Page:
28 September 2014

Book Review: She Is Not Invisible by Marcus Sedgwick

21248666Title- She Is Not Invisible
Author- Marcus Sedgwick
Genre- Young Adult, Mystery, Contemporary
Format- Paperback
UK Publisher- Indigo
Publication Date- July 3rd 2014

*I was sent this finished copy from the publisher for review, thank you Indigo. This does not affect my thoughts shared in this review.*

Sorry I've been absent recently! There really are no excuses, I've just needed a little break from the internet. Fingers crossed I can get back into things, I've been doubting my blog but now I'm putting in lots of effort to hopefully make some great posts for you!

Laureth Peak's father has taught her to look for recurring events, patterns, and numbers--a skill at which she's remarkably talented. Her secret: She is blind. But when her father goes missing, Laureth and her 7-year-old brother Benjamin are thrust into a mystery that takes them to New York City where surviving will take all her skill at spotting the amazing, shocking, and sometimes dangerous connections in a world full of darkness. She Is Not Invisible is an intricate puzzle of a novel that sheds a light on the delicate ties that bind people to each other.

Ever since this book was first released in hardback last year, I've been intrigued. The reason why? It featured a blind protagonist. I'm honestly quite ashamed at my lack of diversity when it comes to making reading choices, the only novel I remember having read with a disabled main character is The Curious Incident of The Dog in The Nightime and the only reason I picked that up is because it was cheap. I've already branched out of my reading comfort zone this year, venturing into the world of Adult with Rainbow Rowell's Landline a few months back, but I need to explore the world further through literature. More cultures. Wider issues. Greater differences.

This cover is incredibly alluring. The colours of the two images blend perfectly together, creating a gorgeous piece of art, yes art. The beautiful, hipster-ish (it honestly killed me to write that) font just ties everything together, purple was such a great choice! Some of my favourite covers have come out of this year and this is definitely up there!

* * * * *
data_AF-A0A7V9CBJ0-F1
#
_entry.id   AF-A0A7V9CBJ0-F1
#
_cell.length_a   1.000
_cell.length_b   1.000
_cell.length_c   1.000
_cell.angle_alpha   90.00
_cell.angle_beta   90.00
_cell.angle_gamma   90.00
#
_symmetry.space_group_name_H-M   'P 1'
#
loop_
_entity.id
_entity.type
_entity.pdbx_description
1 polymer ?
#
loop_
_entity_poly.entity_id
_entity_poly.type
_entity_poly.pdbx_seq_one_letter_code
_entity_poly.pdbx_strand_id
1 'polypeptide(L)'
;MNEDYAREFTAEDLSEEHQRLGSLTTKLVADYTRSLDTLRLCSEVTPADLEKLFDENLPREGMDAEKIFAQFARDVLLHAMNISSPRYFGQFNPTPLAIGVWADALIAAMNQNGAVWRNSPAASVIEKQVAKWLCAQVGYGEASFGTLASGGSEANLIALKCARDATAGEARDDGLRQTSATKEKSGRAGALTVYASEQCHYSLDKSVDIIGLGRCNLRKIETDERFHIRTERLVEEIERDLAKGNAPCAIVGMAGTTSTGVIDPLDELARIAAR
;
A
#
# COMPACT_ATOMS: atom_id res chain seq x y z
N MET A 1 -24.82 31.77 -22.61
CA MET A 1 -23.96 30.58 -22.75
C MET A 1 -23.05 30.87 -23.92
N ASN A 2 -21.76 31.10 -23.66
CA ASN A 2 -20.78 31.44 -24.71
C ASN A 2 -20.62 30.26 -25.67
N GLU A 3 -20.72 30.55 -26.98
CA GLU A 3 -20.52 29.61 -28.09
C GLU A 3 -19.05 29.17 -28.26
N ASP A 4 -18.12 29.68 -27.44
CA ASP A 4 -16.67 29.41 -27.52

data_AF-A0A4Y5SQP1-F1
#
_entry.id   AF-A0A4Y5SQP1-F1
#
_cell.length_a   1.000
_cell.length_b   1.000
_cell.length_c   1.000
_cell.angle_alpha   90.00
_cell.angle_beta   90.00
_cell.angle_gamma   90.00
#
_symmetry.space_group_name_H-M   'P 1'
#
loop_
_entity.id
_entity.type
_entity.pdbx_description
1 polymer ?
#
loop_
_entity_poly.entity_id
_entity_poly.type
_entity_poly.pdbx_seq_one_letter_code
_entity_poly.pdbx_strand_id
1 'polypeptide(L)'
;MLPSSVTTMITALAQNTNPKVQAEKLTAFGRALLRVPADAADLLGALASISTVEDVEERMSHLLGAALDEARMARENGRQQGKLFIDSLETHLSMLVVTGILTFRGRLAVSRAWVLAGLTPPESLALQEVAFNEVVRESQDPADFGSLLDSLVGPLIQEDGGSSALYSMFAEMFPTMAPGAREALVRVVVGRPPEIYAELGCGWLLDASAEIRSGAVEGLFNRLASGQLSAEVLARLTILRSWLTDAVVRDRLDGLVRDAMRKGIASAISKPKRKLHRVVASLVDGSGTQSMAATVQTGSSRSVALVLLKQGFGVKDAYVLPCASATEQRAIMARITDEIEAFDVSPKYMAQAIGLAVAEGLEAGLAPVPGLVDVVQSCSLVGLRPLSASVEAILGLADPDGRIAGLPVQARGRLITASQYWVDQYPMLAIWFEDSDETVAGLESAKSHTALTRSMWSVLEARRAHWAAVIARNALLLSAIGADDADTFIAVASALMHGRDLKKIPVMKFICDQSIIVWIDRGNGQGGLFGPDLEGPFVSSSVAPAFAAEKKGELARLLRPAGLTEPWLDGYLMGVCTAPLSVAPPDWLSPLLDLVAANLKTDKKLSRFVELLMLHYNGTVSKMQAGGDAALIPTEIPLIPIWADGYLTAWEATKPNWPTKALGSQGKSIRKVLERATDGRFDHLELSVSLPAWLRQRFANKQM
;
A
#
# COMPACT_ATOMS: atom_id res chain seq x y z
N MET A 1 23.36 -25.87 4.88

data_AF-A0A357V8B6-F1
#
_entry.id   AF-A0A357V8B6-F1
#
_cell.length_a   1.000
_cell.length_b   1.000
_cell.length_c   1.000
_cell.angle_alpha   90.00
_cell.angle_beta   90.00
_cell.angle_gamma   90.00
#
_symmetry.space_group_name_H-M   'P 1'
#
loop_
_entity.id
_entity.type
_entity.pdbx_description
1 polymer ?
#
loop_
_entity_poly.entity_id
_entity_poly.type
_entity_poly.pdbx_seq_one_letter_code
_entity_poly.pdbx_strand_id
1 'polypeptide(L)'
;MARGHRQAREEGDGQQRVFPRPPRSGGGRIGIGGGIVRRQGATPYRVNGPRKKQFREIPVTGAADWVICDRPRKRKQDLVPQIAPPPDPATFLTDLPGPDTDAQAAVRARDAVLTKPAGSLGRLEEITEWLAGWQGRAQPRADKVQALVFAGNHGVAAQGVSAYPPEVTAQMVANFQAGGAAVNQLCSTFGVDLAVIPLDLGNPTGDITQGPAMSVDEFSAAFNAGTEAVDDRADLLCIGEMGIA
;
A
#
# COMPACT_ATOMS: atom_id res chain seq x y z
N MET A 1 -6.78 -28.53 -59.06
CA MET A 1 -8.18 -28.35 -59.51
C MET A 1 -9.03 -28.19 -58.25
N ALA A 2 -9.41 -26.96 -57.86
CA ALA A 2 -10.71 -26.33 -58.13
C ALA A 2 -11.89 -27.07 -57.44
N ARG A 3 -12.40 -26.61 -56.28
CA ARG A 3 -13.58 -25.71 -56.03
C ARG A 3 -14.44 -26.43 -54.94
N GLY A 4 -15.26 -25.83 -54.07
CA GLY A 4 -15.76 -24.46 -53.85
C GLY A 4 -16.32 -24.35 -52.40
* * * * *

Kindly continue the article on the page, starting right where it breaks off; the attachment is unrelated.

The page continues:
From the first sentence I was hooked. Why would a young girl need to 'abduct' her younger brother? It was hard to understand just how much Laureth had to depend on other people but it soon became apparent that, while she may wish otherwise, she must rely on the support of those closest to her. The mystery element is great, what did happen to her dad? No spoilers here! But what I loved the most was the adventurous feeling which comes with travelling. Exploring a new place for the first time is so fun and even though it wasn't the main focus of our little explorers, they still experienced the culture of America without even realizing. Visiting the library, travelling to the Edgar Allen Poe museum, even just visiting the small-time comic store!

One thing that is apparent when you start reading is that this is on the lower end of the young adult genre. Which is not a bad thing, books like this are a great escape from the often dark themes and intense writing that comes along sometimes. I think this would be a perfect genre-transitioning read! Even though the writing is simplistic and the plot easy enough to follow, I really enjoyed She Is Not Invisible. It meant that I could rush through the book and I had it finished in half the time a book of the same length would usually take.

Overall, I really did enjoy She Is Not Invisible. Even though it is less complicated than I am used to, I never found myself bored and was still hooked. I just could not wait to find out how the book would be resolved! The writing style was a welcome break from the intensity of some young adult novels and it took just over a day to get through which, for a slow reader like me, was a huge achievement!


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